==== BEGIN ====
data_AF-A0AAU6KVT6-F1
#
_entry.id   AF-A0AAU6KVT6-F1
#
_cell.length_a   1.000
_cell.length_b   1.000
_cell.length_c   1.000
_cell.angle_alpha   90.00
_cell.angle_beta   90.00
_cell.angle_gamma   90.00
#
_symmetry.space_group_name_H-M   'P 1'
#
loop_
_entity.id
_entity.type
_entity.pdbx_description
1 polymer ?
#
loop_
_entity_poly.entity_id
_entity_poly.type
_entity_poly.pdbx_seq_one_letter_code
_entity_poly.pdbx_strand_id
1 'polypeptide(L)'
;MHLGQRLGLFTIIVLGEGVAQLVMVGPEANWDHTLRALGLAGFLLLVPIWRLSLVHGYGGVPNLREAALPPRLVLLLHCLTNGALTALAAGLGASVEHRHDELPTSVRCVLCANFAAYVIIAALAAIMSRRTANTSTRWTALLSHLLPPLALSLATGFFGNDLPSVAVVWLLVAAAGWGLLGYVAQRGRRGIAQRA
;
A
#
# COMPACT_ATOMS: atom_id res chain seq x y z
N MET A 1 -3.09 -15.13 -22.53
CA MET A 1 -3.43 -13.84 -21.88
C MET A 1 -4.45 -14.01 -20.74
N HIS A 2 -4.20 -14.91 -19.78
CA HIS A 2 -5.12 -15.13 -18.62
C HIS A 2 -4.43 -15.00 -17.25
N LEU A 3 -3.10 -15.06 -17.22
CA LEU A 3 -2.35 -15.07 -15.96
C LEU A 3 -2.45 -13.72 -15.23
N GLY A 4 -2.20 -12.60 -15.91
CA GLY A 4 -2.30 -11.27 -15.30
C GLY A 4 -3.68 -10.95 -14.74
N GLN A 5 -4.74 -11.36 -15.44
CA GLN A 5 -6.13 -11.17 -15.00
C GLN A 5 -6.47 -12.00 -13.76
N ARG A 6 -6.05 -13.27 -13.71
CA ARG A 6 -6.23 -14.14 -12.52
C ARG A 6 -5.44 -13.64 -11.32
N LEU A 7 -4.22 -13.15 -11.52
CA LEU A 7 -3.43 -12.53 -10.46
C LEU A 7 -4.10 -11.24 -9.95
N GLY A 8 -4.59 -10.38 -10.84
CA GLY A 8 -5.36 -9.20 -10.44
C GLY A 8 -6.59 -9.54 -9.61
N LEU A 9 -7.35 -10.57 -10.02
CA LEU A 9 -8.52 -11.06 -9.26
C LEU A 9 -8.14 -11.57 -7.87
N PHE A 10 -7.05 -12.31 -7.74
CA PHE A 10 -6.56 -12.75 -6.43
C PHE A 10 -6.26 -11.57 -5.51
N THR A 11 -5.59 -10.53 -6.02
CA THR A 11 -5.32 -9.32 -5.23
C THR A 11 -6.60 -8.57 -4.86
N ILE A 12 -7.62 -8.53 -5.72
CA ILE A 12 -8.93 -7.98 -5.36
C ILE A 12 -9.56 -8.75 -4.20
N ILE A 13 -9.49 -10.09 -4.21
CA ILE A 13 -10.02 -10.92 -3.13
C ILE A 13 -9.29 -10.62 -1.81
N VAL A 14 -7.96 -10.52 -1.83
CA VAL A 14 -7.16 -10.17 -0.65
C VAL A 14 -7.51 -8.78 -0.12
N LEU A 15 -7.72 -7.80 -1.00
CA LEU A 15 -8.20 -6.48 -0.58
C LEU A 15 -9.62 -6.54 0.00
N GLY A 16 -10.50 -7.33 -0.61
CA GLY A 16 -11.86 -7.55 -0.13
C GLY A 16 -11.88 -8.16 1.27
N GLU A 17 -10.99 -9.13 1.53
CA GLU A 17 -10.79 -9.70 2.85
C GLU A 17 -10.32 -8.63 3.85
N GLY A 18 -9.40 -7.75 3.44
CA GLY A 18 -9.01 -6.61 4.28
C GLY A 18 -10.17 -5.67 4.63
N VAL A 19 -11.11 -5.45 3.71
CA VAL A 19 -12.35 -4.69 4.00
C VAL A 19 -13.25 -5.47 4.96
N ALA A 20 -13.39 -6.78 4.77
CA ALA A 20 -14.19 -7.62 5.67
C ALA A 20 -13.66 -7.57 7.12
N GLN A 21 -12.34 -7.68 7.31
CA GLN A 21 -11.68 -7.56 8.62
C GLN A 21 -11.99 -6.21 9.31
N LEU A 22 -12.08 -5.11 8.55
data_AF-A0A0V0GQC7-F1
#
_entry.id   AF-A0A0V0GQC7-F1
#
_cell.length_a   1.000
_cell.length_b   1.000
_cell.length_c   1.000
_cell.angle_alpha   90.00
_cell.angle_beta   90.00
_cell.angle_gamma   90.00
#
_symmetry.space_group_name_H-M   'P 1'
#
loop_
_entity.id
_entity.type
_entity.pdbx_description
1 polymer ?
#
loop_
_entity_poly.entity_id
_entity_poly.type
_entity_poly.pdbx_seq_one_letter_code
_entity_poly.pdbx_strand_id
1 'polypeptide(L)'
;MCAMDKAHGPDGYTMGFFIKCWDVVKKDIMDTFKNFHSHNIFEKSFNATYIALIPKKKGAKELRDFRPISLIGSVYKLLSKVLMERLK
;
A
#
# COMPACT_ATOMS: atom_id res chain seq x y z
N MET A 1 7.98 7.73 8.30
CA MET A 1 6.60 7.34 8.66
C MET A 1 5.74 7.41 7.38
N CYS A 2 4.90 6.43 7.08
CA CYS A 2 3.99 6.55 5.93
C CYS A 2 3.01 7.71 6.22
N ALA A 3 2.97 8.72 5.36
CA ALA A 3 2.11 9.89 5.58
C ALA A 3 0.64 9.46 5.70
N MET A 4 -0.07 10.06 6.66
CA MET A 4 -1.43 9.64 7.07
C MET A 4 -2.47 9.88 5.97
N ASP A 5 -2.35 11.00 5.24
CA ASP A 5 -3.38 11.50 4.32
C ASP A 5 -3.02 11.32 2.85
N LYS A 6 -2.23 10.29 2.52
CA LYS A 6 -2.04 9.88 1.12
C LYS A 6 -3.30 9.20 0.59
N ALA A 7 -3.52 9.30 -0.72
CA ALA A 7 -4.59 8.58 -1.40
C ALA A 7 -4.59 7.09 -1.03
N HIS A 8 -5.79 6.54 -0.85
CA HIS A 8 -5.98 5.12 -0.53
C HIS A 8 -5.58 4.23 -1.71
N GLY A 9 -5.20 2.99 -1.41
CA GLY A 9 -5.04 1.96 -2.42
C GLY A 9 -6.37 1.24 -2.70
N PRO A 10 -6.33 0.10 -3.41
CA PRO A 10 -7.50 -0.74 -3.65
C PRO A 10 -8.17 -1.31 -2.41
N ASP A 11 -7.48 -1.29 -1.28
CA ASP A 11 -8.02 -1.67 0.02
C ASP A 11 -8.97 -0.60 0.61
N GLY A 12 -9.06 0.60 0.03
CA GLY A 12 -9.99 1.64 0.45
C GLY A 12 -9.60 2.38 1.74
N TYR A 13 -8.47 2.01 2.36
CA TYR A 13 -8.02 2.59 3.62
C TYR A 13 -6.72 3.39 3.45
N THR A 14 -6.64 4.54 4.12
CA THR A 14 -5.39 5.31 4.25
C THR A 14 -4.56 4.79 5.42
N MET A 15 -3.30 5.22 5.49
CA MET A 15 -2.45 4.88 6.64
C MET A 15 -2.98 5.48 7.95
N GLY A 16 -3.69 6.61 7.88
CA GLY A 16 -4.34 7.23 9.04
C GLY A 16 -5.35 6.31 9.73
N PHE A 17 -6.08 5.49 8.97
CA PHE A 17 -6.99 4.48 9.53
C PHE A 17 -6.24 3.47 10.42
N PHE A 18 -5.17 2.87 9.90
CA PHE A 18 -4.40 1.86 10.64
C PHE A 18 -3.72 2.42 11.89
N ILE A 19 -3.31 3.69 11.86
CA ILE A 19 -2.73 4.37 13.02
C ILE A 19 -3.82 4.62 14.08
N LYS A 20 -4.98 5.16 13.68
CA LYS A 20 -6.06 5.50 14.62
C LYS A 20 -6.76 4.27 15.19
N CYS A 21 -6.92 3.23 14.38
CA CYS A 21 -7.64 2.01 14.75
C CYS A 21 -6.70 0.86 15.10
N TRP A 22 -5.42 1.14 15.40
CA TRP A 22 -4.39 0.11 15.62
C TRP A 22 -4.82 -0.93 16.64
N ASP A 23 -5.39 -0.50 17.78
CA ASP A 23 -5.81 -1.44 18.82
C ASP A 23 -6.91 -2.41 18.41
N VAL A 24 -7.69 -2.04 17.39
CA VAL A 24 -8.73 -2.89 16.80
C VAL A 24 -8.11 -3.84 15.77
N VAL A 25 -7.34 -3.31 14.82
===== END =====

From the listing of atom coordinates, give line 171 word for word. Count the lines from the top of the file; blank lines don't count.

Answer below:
CA GLY A 16 -4.34 7.23 9.04